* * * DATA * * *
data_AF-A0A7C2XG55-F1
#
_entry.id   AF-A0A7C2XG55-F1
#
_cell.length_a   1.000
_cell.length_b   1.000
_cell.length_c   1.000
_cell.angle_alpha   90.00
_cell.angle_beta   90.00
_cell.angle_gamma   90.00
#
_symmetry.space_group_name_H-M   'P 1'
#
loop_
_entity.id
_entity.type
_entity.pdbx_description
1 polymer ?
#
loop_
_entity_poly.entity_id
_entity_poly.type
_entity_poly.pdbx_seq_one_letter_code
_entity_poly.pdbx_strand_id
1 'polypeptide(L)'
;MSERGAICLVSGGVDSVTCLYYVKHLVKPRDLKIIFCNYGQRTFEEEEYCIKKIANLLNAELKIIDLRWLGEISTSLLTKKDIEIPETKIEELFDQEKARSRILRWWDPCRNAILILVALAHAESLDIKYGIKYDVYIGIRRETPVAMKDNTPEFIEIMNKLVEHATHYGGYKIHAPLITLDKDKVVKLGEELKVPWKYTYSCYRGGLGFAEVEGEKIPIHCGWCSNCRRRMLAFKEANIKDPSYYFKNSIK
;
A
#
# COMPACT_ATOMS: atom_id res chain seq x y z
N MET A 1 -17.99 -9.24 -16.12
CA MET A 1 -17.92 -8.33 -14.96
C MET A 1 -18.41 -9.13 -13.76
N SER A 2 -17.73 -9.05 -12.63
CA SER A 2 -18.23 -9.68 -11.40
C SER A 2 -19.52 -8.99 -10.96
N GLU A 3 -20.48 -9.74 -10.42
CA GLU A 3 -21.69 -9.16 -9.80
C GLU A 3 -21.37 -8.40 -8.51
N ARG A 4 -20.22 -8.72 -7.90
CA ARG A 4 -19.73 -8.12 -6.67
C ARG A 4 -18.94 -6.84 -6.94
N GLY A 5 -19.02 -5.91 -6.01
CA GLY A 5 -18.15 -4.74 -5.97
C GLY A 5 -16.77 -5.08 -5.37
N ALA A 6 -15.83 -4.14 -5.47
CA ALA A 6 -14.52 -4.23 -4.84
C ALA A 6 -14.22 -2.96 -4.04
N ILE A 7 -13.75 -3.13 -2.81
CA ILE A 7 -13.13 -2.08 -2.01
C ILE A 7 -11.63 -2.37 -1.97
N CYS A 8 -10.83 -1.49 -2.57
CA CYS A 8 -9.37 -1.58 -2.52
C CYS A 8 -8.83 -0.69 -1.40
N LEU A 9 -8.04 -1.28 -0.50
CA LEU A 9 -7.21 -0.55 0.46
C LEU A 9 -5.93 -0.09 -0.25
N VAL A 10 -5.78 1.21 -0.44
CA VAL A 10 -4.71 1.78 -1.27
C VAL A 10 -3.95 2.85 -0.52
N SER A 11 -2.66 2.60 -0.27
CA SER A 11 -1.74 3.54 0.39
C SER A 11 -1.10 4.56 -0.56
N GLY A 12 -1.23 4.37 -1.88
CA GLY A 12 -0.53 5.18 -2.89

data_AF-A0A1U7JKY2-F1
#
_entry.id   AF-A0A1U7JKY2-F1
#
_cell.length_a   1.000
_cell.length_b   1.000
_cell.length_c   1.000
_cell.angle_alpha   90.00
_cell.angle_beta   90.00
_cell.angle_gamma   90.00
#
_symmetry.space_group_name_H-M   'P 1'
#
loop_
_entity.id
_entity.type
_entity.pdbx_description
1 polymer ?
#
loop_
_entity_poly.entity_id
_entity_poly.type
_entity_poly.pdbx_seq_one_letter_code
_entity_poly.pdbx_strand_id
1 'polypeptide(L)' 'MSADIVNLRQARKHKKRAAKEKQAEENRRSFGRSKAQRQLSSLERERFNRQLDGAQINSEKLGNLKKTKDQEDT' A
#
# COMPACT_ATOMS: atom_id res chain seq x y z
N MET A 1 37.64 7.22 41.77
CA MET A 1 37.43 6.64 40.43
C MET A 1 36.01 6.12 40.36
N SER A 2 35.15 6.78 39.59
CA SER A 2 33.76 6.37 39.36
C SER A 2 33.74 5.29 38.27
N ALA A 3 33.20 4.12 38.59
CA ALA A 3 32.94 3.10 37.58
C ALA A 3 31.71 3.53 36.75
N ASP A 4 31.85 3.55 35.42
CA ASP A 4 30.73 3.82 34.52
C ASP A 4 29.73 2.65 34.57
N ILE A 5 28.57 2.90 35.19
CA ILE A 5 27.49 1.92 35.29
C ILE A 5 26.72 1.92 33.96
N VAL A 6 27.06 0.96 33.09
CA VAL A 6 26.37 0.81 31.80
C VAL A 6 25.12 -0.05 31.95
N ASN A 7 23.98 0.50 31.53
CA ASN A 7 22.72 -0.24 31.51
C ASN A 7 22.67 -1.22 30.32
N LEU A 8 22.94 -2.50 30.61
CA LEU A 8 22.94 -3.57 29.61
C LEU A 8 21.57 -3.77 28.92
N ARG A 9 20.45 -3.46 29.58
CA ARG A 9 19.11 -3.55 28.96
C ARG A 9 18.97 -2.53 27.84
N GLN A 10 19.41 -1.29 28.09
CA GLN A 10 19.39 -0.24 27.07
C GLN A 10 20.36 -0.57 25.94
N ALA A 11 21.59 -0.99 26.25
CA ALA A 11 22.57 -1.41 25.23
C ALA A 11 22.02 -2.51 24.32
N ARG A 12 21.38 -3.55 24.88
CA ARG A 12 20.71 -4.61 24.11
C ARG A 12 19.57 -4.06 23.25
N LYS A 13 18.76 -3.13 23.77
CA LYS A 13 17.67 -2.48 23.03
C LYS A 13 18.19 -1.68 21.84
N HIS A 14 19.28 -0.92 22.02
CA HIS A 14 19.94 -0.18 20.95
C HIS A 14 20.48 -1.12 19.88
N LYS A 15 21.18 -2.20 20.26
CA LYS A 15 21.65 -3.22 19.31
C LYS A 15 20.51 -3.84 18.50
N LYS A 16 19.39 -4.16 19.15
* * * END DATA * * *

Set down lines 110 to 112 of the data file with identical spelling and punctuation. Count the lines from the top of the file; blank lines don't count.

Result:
C VAL A 6 25.12 -0.05 31.95
N ASN A 7 23.98 0.50 31.53
CA ASN A 7 22.72 -0.24 31.51